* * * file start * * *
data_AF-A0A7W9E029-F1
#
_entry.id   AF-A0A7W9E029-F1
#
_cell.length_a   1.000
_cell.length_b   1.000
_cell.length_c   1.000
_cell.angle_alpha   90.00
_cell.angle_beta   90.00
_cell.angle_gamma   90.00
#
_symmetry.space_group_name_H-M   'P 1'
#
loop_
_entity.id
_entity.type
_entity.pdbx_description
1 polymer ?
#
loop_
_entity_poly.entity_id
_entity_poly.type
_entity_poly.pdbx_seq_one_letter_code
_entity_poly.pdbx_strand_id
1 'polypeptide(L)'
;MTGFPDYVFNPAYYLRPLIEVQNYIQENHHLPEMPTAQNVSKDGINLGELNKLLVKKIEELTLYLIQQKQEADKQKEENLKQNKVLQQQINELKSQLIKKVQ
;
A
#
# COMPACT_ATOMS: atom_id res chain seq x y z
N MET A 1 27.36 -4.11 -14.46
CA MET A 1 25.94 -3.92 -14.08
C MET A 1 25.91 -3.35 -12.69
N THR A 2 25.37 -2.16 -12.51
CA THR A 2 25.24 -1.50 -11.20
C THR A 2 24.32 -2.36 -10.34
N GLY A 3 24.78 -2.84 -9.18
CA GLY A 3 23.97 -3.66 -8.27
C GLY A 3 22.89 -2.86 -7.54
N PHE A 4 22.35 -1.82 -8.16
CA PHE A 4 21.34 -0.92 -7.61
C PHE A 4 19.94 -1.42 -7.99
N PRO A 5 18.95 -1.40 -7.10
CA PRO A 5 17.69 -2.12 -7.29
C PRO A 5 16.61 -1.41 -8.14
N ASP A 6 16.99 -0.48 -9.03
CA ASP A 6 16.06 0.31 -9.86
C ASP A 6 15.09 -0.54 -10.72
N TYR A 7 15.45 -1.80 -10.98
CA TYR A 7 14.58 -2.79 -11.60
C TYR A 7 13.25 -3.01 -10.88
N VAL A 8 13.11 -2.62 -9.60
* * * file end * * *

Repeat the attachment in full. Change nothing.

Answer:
data_AF-A0A7W9E029-F1
#
_entry.id   AF-A0A7W9E029-F1
#
_cell.length_a   1.000
_cell.length_b   1.000
_cell.length_c   1.000
_cell.angle_alpha   90.00
_cell.angle_beta   90.00
_cell.angle_gamma   90.00
#
_symmetry.space_group_name_H-M   'P 1'
#
loop_
_entity.id
_entity.type
_entity.pdbx_description
1 polymer ?
#
loop_
_entity_poly.entity_id
_entity_poly.type
_entity_poly.pdbx_seq_one_letter_code
_entity_poly.pdbx_strand_id
1 'polypeptide(L)'
;MTGFPDYVFNPAYYLRPLIEVQNYIQENHHLPEMPTAQNVSKDGINLGELNKLLVKKIEELTLYLIQQKQEADKQKEENLKQNKVLQQQINELKSQLIKKVQ
;
A
#
# COMPACT_ATOMS: atom_id res chain seq x y z
N MET A 1 27.36 -4.11 -14.46
CA MET A 1 25.94 -3.92 -14.08
C MET A 1 25.91 -3.35 -12.69
N THR A 2 25.37 -2.16 -12.51
CA THR A 2 25.24 -1.50 -11.20
C THR A 2 24.32 -2.36 -10.34
N GLY A 3 24.78 -2.84 -9.18
CA GLY A 3 23.97 -3.66 -8.27
C GLY A 3 22.89 -2.86 -7.54
N PHE A 4 22.35 -1.82 -8.16
CA PHE A 4 21.34 -0.92 -7.61
C PHE A 4 19.94 -1.42 -7.99
N PRO A 5 18.95 -1.40 -7.10
CA PRO A 5 17.69 -2.12 -7.29
C PRO A 5 16.61 -1.41 -8.14
N ASP A 6 16.99 -0.48 -9.03
CA ASP A 6 16.06 0.31 -9.86
C ASP A 6 15.09 -0.54 -10.72
N TYR A 7 15.45 -1.80 -10.98
CA TYR A 7 14.58 -2.79 -11.60
C TYR A 7 13.25 -3.01 -10.88
N VAL A 8 13.11 -2.62 -9.60